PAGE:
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An excavator prepares to open Hummock Pond to the ocean.

Pond openings this weekend!

Hummock on Saturday and Sesachacha on Sunday

Sesachacha Pond empties out into the ocean.
Sesachacha Pond's temporary channel widening as the water flows out.
The last few bucketfulls of sand remove a berm keeping the pond at bay until the operator is ready to connect pond and ocean.
Out goes the water.
Fresh meets salt.

Attention all of you natural historians and pond opening junkies out there, and for owners of flooded basements near these ponds, the town is going to be openings Hummock and Sesachacha Ponds to the ocean this weekend. Late Friday afternoon, the Natural Resources Department announced the opening of Hummock Pond on Saturday and the Sesachacha Pond on Sunday. An excavator will start digging a trench between Hummock Pond and the ocean around 8am on Saturday, the same for Sesachacha on Sunday. Expect both ponds to be opened to the ocean between 11am and 1pm on their respective days. The

An excerpt from the Water: Salt and Fresh chapter of "Nantucket: A Natural History", my second book published in June 2008, explains the orgins of opening the ponds in the spring and fall, which today includes boosting salinity and oxygen levels in the pond to help sustain some forms of pond life, flushing out excess nutrients and lowering the water table to help dry out basements. At one time, Sesachacha, Hummock, Miacomet, Squam, Long and Capaum Ponds were all opened to the ocean for various reasons. The town no longer opens Miacomet Pond to the ocean because it has evolved into a freshwater system that would be severely damaged by infusions of salt water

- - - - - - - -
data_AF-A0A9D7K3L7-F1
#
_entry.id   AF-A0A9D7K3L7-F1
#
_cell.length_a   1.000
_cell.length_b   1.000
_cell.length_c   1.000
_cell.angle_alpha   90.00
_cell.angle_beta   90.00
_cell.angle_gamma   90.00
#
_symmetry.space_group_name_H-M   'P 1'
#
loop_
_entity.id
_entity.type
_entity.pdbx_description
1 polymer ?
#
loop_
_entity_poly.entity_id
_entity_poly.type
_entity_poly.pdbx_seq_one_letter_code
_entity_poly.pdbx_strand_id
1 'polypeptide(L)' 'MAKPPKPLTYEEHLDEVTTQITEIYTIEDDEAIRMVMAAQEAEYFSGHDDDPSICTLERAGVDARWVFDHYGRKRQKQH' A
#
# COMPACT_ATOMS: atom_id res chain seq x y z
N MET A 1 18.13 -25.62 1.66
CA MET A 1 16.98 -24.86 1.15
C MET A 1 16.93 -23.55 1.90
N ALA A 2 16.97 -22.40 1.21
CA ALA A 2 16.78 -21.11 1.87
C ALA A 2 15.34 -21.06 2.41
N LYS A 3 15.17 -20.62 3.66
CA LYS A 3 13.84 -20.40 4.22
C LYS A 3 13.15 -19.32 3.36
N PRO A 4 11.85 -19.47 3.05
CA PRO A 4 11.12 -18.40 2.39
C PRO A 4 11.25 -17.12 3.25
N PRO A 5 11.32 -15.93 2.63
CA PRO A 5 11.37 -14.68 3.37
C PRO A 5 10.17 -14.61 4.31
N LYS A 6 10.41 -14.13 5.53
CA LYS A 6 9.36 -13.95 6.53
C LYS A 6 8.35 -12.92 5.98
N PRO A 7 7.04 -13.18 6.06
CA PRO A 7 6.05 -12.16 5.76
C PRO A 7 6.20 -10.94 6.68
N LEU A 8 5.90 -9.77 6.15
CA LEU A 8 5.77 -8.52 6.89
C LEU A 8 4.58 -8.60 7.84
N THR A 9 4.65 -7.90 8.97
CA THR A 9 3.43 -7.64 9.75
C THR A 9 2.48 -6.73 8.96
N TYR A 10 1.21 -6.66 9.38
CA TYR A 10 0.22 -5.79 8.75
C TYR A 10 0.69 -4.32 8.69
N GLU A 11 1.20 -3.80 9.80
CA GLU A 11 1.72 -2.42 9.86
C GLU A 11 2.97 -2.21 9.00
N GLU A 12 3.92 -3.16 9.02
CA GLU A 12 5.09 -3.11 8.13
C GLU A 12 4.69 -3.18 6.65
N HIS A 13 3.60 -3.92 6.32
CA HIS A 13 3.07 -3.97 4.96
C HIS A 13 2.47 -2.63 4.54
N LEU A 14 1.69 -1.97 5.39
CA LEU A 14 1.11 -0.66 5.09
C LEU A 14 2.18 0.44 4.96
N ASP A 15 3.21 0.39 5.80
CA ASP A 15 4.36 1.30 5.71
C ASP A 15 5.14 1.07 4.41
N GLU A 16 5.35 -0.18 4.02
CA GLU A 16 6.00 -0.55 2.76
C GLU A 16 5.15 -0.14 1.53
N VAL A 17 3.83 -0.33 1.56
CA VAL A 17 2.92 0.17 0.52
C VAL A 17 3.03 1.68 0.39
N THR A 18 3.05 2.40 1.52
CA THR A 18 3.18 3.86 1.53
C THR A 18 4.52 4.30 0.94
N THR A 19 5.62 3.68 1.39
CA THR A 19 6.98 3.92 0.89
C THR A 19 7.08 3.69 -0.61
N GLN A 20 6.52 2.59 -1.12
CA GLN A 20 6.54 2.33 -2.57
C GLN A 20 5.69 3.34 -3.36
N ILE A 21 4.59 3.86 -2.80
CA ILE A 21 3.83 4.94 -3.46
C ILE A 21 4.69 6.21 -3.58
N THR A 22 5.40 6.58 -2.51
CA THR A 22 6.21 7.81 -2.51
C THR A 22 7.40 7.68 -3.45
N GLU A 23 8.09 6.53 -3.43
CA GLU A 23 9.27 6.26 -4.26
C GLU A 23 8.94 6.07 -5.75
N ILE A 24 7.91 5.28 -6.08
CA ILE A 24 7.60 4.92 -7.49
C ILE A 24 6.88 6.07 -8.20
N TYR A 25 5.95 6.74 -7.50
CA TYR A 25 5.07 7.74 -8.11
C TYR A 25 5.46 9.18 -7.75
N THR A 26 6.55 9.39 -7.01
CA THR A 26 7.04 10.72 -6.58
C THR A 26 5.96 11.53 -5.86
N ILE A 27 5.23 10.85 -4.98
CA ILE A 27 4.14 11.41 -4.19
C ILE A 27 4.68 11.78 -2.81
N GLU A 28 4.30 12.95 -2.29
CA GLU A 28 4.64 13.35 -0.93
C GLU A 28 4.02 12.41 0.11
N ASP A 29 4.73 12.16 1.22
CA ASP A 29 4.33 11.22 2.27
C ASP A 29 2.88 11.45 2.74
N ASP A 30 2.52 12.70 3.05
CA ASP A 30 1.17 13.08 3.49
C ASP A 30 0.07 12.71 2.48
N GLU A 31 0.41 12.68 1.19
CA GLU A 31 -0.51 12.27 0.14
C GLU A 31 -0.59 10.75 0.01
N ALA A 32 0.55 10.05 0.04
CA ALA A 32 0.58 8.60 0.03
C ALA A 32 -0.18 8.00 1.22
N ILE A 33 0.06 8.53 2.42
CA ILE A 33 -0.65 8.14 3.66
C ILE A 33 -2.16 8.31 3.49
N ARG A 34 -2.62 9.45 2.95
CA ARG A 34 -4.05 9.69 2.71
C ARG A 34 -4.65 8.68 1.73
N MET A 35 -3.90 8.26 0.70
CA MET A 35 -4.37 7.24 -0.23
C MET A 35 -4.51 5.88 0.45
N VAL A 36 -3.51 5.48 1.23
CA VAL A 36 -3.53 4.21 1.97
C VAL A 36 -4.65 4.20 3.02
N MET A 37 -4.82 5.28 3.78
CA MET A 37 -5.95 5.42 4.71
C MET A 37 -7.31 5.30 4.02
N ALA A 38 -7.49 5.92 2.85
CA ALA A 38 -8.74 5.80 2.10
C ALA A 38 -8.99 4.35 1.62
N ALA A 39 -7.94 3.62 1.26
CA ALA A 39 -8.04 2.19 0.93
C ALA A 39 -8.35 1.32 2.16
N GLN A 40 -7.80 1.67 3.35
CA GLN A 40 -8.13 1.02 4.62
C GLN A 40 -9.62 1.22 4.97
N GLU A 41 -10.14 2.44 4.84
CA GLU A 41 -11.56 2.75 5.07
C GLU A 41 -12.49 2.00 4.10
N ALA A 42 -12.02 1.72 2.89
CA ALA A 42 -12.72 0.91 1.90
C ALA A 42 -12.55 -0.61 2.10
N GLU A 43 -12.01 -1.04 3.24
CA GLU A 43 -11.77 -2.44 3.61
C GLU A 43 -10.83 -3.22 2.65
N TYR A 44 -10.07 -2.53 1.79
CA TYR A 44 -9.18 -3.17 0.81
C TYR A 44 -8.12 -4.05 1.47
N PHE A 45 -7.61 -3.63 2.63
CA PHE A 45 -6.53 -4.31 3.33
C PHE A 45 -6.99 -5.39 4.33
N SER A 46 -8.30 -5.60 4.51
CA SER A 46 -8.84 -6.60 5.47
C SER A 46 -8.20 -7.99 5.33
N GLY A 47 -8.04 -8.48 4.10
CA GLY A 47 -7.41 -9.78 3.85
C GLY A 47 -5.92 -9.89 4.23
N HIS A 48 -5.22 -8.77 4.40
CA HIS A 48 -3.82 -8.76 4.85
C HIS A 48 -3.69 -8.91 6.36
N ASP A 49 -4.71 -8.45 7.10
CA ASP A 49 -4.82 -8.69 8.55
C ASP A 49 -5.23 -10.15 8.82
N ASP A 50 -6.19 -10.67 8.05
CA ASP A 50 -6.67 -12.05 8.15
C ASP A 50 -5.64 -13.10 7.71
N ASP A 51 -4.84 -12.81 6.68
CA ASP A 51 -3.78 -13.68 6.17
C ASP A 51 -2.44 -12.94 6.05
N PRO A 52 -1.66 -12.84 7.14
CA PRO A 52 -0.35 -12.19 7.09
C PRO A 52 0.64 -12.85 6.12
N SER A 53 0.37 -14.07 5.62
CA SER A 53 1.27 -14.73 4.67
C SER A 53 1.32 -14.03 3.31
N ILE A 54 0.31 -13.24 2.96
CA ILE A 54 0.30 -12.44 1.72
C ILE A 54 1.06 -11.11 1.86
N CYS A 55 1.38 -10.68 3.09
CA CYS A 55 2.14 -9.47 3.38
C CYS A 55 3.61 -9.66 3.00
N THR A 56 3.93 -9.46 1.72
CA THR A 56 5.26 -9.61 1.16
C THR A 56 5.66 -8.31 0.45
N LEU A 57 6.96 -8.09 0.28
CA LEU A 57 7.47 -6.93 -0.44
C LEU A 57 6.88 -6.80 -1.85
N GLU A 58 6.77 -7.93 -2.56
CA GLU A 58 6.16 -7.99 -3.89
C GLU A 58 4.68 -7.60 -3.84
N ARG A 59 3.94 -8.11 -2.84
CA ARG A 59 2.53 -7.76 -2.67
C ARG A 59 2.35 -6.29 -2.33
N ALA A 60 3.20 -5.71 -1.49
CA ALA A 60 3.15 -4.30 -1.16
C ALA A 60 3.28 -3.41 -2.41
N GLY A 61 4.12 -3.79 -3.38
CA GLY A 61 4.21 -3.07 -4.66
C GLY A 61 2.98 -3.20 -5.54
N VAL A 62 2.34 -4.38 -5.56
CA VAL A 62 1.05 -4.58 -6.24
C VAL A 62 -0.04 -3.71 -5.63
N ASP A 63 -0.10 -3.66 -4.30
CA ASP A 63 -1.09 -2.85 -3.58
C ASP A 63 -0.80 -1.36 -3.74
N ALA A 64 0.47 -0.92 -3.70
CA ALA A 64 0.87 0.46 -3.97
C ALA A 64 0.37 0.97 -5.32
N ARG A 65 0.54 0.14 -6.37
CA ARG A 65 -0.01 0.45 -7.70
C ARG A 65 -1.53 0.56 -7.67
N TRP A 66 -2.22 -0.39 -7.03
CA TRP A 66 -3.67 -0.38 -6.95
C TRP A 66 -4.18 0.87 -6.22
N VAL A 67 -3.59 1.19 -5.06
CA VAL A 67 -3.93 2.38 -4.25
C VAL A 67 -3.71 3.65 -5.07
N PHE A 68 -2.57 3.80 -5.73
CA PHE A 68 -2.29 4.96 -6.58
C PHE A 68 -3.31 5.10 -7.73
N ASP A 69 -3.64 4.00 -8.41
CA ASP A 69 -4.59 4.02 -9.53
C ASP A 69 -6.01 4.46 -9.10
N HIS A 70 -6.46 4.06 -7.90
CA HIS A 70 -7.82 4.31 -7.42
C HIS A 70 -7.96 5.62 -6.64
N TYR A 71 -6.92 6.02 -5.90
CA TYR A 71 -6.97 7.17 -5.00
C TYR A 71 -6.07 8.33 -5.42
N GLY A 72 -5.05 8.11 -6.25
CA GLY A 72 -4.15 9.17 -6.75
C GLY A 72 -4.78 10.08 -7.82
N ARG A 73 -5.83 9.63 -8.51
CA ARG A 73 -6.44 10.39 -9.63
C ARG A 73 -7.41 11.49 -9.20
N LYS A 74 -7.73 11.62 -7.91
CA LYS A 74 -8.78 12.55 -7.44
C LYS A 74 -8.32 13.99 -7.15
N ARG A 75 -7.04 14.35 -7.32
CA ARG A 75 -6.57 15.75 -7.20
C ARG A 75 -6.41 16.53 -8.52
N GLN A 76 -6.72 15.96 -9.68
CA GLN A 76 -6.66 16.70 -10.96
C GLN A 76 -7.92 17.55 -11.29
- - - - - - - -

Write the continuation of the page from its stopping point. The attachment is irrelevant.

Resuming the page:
"...Native Americans and European settlers learned to open these
and other ponds to the ocean by digging a trench in the beach between
pond and ocean in the spring and again in the fall, in order to trap and
harvest blueback herring (sometimes confused with alewives), white perch,
American eels and probably other species no longer in great abundance.
The European farmers learned this practice from the Wampanoags, and it
enabled them also to drain meadows and to attract game birds to mudflats
for hunting. The herring are anadromous fish, meaning that they migrate

up into rivers, streams and freshwater ponds to spawn. Their young, called
fry, swim out of these waterways in the fall and reside in the ocean until
they reach sexual maturity and can migrate inland to spawn. Catadromous
fish, including eels, spend most of their lives in these freshwater to brackish
places, leaving only in the fall as adults to swim out to spawn in the
Sargasso Sea, west of Bermuda in the middle of the North Atlantic Ocean.
In the spring, adult blueback herring, alewives and shad run up into
mainland rivers from the ocean to spawn from late March through mid-
May. Alternately, the herring also swim into Nantucket’s salt ponds when
they’re opened in April to spawn as the yellow-flowering forsythia blooms
on island. Juvenile eels swim into the pond to begin their freshwater lives.
And when the ponds are opened in the fall, juvenile herring on their way
out to the ocean join adult eels swimming to the Sargasso Sea to spawn.
Additionally, white perch, another anadromous fish species, also find their
way into the island’s great ponds, commuting for sex, along with the herring.
Depending on how long a pond remains open to the ocean—up to
two weeks, but usually less than a week—other fish species, namely saltwater
fish like striped bass, bluefish and tomcod, have been documented
in these ponds after ocean currents have sealed them shut with sand. Sesachacha
Pond stayed open for five months during the summer twice in the
past, but as usual, longshore currents eventually closed it over with sand..."


Peter-- Bill Ferrall posted this link to a contemporaneous article in Yankee Magazine that gives the full background to the pond opening controversies of twenty years ago.